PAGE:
Selig’s performance in front of Congress along with the players who showed up that fateful day was humiliating in a myriad of ways. From Rafael Palmeiro’s finger-wagging lies; to Sammy Sosa’s “me no speaka the Inglés”; to Mark McGwire not being there to talk about the past; to Curt Schilling clamming up after his yapping for days before and after the fact, baseball has never acquitted itself well when self-preservation came to the forefront at the expense of stating the facts.

Has baseball improved since then? Has Selig gotten the message? Let’s just compare Selig with his NFL counterpart Goodell. Only people inside baseball’s front office know how alert Selig is to the Biogenesis investigation or anything else. Perhaps it’s a matter of, “Don’t tell me what I don’t want to know so I don’t have to lie about it later.” But this is an indicator that MLB should’ve tossed someone overboard when the entire PED scandal initially broke to send the message that a new sheriff was in town and things weren’t going to be done the old way. And I use old in every conceivable context of the word when discussing Selig. That would’ve meant that Selig had to go a decade ago, and he probably should’ve.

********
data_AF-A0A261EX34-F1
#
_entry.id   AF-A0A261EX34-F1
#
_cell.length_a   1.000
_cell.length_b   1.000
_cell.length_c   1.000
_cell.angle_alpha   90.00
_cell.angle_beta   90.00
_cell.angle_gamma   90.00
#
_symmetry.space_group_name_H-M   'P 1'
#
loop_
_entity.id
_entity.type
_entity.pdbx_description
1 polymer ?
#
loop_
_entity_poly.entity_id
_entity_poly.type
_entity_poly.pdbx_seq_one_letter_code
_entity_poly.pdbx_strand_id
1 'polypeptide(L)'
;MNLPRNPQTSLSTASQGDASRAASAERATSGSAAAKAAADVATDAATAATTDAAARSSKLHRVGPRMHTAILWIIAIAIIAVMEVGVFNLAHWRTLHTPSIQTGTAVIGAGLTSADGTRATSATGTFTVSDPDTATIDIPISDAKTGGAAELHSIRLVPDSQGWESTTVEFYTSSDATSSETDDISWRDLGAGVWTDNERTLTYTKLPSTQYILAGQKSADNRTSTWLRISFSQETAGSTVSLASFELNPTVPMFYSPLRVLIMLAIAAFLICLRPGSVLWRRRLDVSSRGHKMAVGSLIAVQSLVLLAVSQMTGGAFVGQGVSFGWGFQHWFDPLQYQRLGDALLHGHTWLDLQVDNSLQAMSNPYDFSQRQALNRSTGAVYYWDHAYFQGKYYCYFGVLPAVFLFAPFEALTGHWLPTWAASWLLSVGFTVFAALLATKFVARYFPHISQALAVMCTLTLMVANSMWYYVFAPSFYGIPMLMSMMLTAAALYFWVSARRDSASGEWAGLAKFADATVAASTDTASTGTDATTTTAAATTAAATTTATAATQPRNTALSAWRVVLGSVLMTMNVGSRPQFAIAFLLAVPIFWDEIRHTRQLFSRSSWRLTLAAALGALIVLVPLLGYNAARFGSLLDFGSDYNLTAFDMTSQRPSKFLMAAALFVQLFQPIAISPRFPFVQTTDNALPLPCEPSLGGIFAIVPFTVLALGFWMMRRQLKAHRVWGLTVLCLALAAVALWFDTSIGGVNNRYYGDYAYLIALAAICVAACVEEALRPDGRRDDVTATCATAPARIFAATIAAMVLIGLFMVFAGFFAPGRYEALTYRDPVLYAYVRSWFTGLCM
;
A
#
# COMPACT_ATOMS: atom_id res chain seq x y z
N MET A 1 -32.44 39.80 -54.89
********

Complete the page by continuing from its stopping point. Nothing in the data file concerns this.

Would Goodell be so disengaged to not know every aspect of what’s going on with an investigation of this magnitude? Would he not take steps to control the message and how it’s framed as politicians—like Goodell and Goodell’s father Charles, a former United States Senator from New York—do and did? This is the fundamental difference between MLB and the NFL. Goodell is smooth, smart, and cagey. He’s available yet insulated; touchable but unknowable; protected and in command. Selig on the other hand is cadaverous and scripted, but unable to follow the script; he’s anything but smooth and the disheveled clothes, $10 haircut and bewildered countenance that was once somewhat charming lost its luster as he had to get to work to restore the game’s validity. What makes it worse when having a figurehead as commissioner is that baseball doesn’t appear to have taken steps to place competent people behind the scenes to pull the levers to keep the machine greased and running well. It’s people charging headlong into each other and having the bruises to prove it.